Rick is 26 years old, just finished both college and university, and has a degree in physics. During university Rick figured that he didn’t want to be a physicist, he wanted to become an illustrator for children’s books. So during university, Rick promised himself that he would do this. He promised himself that after college he would give it a shot. Which did mean that he had to get serious about practicing his craft. Every bit of spare time rick had, he practiced his craft. He enjoyed it a lot because there wasn’t any pressure. He did it for the sake of practicing. After two years Rick graduated from university and now it was time for him to get professional about this. He had to find a job as an illustrator. For a few months, he sends out his resume but got rejected many times. He didn’t know what to do. He was becoming desperate and close to giving up his dream, soon after graduating from college.

Why did Rick place so much pressure on himself to become an artist so quickly? Why did he place so much pressure on himself to make money doing it? Why not find a different job, and do that for a while, whilst also looking for a job as an illustrator? He did so because he believed that you should also pursue your dreams. He had listened to some of those motivational speakers and followed people that had succeeded. That took the shot to their dreams. He heard stories of famous illustrators, but what he didn’t hear, was the struggle that was involved in this journey. He only heard that he should be going for it. That he should make the jump. The pressure he created for himself, was based on the stories of other successful illustrators. Not on his confidence in himself. He created the pressure to prove himself, to the world. To society. To these professional illustrators that he too could make a living from it.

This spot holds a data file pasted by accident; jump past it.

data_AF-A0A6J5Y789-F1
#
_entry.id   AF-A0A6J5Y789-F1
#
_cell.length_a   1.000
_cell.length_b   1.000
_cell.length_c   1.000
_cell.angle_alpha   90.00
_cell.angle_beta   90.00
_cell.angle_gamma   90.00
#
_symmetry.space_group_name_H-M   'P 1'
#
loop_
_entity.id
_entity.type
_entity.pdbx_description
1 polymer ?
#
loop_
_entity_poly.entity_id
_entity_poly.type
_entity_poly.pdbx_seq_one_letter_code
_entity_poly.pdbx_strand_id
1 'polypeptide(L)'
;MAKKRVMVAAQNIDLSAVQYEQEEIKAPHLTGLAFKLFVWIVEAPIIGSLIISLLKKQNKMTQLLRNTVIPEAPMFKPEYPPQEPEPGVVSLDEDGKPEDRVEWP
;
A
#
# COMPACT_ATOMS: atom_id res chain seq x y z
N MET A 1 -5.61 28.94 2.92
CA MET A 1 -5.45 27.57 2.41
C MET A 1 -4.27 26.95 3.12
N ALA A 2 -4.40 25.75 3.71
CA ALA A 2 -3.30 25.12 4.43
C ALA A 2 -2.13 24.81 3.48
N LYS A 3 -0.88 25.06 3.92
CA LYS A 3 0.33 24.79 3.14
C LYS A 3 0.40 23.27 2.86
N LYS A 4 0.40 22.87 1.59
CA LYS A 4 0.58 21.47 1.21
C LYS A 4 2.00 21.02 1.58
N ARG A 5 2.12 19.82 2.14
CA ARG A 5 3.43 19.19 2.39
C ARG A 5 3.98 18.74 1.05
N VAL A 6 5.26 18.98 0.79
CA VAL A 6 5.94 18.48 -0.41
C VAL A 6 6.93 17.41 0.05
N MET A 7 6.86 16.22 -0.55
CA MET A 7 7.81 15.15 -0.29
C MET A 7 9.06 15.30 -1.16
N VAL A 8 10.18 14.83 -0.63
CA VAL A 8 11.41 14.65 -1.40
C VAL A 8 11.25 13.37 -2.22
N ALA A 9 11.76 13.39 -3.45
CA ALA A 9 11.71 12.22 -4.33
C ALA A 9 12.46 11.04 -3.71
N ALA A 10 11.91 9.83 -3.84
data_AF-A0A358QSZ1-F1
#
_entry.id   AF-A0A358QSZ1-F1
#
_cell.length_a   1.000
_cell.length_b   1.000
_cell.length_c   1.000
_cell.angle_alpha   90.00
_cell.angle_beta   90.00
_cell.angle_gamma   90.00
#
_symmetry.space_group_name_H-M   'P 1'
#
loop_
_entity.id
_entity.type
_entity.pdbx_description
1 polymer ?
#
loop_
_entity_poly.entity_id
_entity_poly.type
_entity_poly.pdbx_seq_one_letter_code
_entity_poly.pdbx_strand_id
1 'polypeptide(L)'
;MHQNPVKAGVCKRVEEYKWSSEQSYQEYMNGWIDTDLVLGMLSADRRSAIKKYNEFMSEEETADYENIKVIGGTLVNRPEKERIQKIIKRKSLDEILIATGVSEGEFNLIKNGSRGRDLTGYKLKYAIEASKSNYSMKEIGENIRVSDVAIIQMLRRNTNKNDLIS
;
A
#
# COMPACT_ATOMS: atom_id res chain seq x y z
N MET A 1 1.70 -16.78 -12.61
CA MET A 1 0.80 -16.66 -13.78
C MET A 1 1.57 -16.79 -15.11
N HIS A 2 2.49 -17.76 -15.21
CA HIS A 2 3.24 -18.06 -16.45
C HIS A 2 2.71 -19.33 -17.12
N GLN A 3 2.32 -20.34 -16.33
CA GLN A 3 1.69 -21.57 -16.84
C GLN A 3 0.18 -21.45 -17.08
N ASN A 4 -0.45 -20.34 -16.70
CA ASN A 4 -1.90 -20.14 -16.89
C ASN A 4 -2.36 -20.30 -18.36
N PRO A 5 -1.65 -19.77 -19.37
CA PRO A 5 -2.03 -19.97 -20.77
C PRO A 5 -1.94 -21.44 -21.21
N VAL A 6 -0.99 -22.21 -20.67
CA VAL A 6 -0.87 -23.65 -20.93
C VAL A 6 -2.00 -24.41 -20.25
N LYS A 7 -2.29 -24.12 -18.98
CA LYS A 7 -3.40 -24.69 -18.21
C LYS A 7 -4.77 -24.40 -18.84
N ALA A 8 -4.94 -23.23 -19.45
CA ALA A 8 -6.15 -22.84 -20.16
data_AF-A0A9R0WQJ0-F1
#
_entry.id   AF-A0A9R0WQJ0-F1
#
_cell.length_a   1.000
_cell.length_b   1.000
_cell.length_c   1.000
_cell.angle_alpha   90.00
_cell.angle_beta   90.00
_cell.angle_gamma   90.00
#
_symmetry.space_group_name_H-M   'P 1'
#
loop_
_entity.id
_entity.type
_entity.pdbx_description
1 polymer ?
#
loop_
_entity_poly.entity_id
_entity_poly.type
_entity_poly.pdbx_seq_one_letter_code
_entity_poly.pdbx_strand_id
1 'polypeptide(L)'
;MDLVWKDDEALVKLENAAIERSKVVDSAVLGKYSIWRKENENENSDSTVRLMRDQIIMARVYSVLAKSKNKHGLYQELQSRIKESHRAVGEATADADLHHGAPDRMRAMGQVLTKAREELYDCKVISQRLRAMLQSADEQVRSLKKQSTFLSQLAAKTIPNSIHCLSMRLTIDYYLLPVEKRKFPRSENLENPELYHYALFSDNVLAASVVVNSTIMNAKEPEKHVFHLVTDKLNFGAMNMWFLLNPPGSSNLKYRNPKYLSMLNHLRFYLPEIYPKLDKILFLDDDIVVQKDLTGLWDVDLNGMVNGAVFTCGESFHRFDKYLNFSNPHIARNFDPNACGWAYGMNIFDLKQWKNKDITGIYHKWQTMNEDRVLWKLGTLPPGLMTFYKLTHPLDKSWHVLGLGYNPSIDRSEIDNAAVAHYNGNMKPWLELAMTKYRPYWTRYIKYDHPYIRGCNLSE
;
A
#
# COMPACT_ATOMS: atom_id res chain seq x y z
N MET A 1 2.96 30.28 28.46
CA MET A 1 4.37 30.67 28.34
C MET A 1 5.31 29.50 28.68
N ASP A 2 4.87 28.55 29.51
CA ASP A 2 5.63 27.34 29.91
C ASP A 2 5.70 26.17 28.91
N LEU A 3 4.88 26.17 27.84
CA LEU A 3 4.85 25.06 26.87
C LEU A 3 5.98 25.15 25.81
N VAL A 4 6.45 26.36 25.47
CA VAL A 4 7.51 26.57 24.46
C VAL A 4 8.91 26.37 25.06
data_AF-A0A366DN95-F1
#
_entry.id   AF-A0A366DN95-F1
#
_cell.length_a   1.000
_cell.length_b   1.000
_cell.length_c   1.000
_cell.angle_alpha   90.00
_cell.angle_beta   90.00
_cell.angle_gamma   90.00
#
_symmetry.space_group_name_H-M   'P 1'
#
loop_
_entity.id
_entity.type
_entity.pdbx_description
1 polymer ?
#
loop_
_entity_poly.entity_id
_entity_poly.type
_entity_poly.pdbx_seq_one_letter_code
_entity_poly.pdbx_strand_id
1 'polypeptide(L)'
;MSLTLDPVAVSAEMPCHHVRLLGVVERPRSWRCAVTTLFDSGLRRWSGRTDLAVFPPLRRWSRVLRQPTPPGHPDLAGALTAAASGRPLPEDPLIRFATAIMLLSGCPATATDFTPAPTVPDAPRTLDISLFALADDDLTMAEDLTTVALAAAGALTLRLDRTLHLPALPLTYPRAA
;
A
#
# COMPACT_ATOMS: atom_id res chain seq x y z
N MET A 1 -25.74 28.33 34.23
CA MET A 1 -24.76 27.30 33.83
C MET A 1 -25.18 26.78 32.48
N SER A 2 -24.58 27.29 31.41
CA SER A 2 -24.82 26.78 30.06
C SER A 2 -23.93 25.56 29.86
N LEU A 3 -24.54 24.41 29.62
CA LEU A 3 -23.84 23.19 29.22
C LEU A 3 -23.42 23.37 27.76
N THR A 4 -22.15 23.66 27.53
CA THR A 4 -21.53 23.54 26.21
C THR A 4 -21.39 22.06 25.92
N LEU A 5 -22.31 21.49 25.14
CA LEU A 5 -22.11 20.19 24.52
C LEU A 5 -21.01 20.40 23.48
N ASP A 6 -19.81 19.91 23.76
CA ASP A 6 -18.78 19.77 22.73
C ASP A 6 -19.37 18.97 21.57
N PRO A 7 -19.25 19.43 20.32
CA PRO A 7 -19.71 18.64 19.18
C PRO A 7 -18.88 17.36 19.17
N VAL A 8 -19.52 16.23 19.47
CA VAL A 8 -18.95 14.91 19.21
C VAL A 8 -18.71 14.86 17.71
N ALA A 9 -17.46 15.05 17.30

These are both examples of how we either create pressure on ourselves because of grades in school, our parents, or the success stories we hear. Do you see what they have in common? Right, these are all things outside of ourselves. Things we can’t control. We can’t control the opinions of our parents. We can’t control how we will do at a test. We can’t control whether or not we will be making money as an artist. All we can control is the practice and our dedication to the work we do. All we can do is figure out the real goal.


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Step Two The real goal we are after